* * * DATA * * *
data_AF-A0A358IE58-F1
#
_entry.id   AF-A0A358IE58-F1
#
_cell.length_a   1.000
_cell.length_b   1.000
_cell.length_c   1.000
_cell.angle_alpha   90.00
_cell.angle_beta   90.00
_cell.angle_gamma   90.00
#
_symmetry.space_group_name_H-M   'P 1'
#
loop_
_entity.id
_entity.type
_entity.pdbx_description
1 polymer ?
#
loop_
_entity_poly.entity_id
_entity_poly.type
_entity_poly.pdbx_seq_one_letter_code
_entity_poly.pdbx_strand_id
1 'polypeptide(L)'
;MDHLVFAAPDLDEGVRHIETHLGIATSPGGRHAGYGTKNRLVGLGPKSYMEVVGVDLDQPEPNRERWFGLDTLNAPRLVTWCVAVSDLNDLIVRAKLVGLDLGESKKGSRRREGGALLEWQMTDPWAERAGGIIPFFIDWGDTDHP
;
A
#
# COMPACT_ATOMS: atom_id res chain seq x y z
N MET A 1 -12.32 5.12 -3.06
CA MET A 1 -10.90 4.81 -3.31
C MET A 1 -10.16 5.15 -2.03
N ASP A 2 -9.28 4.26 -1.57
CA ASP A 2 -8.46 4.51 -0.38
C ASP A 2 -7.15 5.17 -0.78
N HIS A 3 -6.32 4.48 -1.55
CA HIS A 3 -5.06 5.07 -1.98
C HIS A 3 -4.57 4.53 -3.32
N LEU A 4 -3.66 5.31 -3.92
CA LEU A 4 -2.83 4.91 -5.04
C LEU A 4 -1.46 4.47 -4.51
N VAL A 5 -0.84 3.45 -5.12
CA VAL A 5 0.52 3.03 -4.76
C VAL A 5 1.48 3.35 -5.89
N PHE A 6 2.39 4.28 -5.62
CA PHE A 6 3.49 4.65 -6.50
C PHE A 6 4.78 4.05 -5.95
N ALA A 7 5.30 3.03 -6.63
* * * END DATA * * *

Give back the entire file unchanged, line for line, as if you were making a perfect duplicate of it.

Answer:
data_AF-A0A358IE58-F1
#
_entry.id   AF-A0A358IE58-F1
#
_cell.length_a   1.000
_cell.length_b   1.000
_cell.length_c   1.000
_cell.angle_alpha   90.00
_cell.angle_beta   90.00
_cell.angle_gamma   90.00
#
_symmetry.space_group_name_H-M   'P 1'
#
loop_
_entity.id
_entity.type
_entity.pdbx_description
1 polymer ?
#
loop_
_entity_poly.entity_id
_entity_poly.type
_entity_poly.pdbx_seq_one_letter_code
_entity_poly.pdbx_strand_id
1 'polypeptide(L)'
;MDHLVFAAPDLDEGVRHIETHLGIATSPGGRHAGYGTKNRLVGLGPKSYMEVVGVDLDQPEPNRERWFGLDTLNAPRLVTWCVAVSDLNDLIVRAKLVGLDLGESKKGSRRREGGALLEWQMTDPWAERAGGIIPFFIDWGDTDHP
;
A
#
# COMPACT_ATOMS: atom_id res chain seq x y z
N MET A 1 -12.32 5.12 -3.06
CA MET A 1 -10.90 4.81 -3.31
C MET A 1 -10.16 5.15 -2.03
N ASP A 2 -9.28 4.26 -1.57
CA ASP A 2 -8.46 4.51 -0.38
C ASP A 2 -7.15 5.17 -0.78
N HIS A 3 -6.32 4.48 -1.55
CA HIS A 3 -5.06 5.07 -1.98
C HIS A 3 -4.57 4.53 -3.32
N LEU A 4 -3.66 5.31 -3.92
CA LEU A 4 -2.83 4.91 -5.04
C LEU A 4 -1.46 4.47 -4.51
N VAL A 5 -0.84 3.45 -5.12
CA VAL A 5 0.52 3.03 -4.76
C VAL A 5 1.48 3.35 -5.89
N PHE A 6 2.39 4.28 -5.62
CA PHE A 6 3.49 4.65 -6.50
C PHE A 6 4.78 4.05 -5.95
N ALA A 7 5.30 3.03 -6.63